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More than 80 patients in five years had to travel abroad for mental health services

The majority of these patients would have travelled to the UK for treatment in a residential setting.

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MORE THAN 80 Irish patients had to travel abroad for mental health treatment in a five -year period, according to new figures.

It is likely that the majority of these people travelled to the UK for treatment in a residential setting, experts have said.

Though the numbers each year are not high, there is concern about the impact on patients who have to travel to a different country away from their families and the clinicians they are used to dealing with. 

Under the HSE’s Treatment Abroad Scheme, a consultant treating a patient in the public healthcare system can refer them to another EU-EEA member state for treatment that is not available here. 

Patients can also apply if the treatment is not available with a certain period of time.

In response to a parliamentary question from Fianna Fáil TD James Browne, the HSE revealed that 81 Irish patients received mental health services abroad through this scheme between 2013 and 2017.

Browne said the numbers show there is “clearly a deficiency in services for those suffering with mental health illnesses”.

“We know that patients with mental illness recover better and more quickly when treated near family, friends and their community.”

Mental health services are also provided in Northern Ireland under the Cross Border Directive which allows patients from the Republic to access treatment that is available here.

The patient is required to pay for the treatment and then seek reimbursement from the HSE afterwards. In 2017 the HSE spent more than €27 million on treatment abroad schemes.

Speaking to, Mental Health Ireland CEO Martin Rogan said these patients are referred for a number of reasons, including long waiting lists for specialist treatment here and an absence of certain specialities in the mental health area in Ireland.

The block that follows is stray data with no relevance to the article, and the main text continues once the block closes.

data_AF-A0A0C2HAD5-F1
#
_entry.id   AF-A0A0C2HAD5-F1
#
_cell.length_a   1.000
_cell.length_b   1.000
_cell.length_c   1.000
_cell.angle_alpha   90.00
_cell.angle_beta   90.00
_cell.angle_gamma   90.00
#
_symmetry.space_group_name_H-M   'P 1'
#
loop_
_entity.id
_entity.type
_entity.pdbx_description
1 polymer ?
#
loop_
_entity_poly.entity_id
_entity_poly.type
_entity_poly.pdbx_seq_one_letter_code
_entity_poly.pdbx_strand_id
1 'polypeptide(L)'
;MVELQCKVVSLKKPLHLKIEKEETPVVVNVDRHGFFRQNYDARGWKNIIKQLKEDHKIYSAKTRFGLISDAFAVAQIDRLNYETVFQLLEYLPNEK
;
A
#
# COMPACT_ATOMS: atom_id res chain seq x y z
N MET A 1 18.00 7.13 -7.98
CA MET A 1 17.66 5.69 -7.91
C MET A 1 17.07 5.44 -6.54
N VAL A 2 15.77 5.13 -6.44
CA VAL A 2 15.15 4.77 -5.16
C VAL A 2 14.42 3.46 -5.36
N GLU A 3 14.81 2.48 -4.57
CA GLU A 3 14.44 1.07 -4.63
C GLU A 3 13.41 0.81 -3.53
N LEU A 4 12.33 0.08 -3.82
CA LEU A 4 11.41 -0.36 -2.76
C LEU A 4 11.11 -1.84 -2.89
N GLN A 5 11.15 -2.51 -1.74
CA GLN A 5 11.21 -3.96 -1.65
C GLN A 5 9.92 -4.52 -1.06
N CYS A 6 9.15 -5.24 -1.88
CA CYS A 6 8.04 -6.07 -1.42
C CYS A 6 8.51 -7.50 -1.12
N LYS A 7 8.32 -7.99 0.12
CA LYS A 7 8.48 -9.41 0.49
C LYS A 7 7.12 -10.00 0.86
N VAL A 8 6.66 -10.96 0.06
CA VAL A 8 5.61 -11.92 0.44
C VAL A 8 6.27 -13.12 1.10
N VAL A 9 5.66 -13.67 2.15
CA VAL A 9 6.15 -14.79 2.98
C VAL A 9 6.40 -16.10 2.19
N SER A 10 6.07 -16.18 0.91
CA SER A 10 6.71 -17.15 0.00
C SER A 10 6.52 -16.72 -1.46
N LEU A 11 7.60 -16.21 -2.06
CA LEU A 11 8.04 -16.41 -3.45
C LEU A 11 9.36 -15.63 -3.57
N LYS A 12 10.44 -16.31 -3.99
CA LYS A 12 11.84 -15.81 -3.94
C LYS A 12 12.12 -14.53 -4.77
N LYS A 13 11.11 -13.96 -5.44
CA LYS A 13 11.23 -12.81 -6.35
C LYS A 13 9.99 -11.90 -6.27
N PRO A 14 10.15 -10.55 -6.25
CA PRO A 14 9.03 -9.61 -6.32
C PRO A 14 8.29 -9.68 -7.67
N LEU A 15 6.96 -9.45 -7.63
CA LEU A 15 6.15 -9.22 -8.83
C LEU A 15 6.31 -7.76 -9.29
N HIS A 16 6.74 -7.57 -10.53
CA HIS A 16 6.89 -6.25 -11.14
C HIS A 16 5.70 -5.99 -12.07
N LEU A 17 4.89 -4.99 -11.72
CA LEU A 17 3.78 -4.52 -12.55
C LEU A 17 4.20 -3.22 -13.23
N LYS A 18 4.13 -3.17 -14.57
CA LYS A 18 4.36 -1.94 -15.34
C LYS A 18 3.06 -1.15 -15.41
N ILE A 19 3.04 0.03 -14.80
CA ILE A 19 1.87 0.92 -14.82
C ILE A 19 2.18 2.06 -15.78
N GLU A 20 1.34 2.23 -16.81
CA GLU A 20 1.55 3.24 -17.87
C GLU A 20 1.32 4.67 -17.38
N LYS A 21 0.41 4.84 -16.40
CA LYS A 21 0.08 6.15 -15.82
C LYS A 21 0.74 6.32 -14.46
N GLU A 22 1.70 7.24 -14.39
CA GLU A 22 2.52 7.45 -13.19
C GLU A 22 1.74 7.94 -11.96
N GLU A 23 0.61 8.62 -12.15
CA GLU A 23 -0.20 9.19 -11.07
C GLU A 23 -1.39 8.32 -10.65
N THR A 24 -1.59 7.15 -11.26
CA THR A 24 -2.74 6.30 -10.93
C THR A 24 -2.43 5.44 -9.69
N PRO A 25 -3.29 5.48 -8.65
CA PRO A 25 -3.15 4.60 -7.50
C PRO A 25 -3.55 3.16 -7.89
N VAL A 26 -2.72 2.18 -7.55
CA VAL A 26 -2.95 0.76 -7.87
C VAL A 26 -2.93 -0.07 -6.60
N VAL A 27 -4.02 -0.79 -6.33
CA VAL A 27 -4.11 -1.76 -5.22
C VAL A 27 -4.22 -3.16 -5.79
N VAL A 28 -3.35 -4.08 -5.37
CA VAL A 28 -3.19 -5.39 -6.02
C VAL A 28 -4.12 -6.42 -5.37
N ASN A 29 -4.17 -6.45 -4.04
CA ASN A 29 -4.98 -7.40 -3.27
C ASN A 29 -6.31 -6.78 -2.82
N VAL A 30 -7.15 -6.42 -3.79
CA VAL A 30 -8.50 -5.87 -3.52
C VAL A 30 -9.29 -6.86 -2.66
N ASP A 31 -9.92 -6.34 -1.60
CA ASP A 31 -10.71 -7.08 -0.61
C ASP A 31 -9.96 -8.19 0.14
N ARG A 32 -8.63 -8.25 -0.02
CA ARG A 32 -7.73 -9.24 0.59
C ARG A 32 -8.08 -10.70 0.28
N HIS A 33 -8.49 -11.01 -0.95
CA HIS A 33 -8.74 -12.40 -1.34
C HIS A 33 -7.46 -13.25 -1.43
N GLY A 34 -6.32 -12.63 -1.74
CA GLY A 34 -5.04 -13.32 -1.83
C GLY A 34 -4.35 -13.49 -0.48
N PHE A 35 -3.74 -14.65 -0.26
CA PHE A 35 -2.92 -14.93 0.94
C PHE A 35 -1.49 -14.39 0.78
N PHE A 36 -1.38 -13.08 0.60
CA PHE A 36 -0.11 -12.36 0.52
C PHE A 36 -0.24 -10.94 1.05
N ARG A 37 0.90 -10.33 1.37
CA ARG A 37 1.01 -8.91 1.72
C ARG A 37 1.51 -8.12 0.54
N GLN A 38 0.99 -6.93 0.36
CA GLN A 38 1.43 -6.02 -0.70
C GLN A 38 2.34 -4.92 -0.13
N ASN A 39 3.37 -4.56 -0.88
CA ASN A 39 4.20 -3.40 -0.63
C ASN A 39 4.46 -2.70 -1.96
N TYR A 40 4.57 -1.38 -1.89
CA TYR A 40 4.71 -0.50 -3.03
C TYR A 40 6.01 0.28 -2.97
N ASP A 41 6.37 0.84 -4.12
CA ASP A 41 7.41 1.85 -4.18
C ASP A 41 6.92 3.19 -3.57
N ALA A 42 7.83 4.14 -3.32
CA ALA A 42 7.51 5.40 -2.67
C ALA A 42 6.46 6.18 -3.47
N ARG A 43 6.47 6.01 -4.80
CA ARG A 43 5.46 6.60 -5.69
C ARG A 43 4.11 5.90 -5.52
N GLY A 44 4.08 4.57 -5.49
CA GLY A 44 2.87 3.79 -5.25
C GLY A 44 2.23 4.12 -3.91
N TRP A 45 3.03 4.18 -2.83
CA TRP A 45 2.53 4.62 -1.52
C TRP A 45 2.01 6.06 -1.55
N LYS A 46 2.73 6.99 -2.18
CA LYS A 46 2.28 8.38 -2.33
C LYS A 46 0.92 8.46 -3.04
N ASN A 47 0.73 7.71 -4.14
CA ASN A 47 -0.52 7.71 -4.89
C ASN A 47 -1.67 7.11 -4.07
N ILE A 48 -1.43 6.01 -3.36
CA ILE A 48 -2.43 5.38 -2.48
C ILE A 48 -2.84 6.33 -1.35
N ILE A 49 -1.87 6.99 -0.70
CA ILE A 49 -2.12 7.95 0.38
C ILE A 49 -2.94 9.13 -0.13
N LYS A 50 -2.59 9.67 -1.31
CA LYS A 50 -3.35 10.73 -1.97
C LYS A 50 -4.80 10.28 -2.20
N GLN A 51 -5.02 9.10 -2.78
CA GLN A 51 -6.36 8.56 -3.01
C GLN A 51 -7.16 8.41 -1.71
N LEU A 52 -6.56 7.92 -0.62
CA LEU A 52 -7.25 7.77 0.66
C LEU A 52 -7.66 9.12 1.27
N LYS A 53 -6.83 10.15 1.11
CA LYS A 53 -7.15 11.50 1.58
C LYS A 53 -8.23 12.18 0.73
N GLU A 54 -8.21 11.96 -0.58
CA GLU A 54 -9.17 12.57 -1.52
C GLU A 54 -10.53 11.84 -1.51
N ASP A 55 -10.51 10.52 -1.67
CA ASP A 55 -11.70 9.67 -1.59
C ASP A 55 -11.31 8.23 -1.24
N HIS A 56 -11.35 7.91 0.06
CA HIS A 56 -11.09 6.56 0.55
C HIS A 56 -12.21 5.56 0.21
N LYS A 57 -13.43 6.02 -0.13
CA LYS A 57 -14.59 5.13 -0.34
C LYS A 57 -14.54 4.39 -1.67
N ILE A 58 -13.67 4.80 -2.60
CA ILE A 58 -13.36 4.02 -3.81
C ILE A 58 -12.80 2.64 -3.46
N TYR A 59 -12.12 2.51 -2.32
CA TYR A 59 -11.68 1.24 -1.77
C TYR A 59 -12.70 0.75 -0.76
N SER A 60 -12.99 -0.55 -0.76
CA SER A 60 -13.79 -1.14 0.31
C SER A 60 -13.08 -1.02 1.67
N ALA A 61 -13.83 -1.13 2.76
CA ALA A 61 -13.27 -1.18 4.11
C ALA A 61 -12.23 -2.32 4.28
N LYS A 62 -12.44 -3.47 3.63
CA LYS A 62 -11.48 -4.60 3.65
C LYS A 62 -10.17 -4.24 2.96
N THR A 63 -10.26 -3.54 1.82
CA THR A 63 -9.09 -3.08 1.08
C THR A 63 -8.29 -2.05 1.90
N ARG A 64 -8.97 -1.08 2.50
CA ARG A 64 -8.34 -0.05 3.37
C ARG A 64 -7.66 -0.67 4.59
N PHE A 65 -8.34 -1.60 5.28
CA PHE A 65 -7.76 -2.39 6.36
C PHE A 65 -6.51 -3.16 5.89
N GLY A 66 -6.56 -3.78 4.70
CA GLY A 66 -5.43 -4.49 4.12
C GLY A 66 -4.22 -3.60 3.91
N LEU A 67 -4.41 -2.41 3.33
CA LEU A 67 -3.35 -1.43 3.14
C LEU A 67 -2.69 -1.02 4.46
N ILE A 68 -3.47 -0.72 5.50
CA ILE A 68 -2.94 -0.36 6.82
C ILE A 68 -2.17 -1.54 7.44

“It could be people who have used local options and have exhausted those local options. We also see it with people who have a dual diagnosis, either a learning disability with a mental health need or a very particular syndrome.”

A number of patients each year go to the UK for treatment in relation to an eating disorder as there is a specialist facility in England. 

Rogan said that despite the fact that the health service is “poorly resourced”, there are few mental health issues that can not be treated here. 

But with children’s mental health services in particular, he said clinicians are still going to encounter complex cases that warrant a referral overseas.

Shortage of beds for young people

There was criticism last year of the shortage of beds for children and young people with mental health needs.

Last year the Mental Health Commission revealed 82 children had been admitted to adult mental health units the previous year (up from 68 in 2016). The organisation said the level of service that was being provided was “unsafe and substandard” and that it breached the rights of a vulnerable group of people.

In November it was revealed that almost half of the beds designated for children and young people were not in use. The HSE said this was due to recruitment issues and safety concerns about employees and other patients. As of October last year there were 2,250 children and adolescents waiting to access mental health services. 

More than 100 patients were waiting for over 18 months, but 78.9% of the overall number were offered an appointment within 12 weeks. 

‘Work with the family’

Rogan said there are downsides to treating patients outside of their home country. The majority of these referrals are likely for treatment in a residential setting, which means patients may be away from home for weeks or months. 

“Mental health is best treated with the person’s own family around, in their own home. We can learn from some indigenous health services across the world that are often described as primitive. They believe you must work with the family, you must work with the spiritual leaders and the community.

“You get much better outcomes if family is involved. The challenge in mental health is it should be the least intrusive, least disruptive model.”

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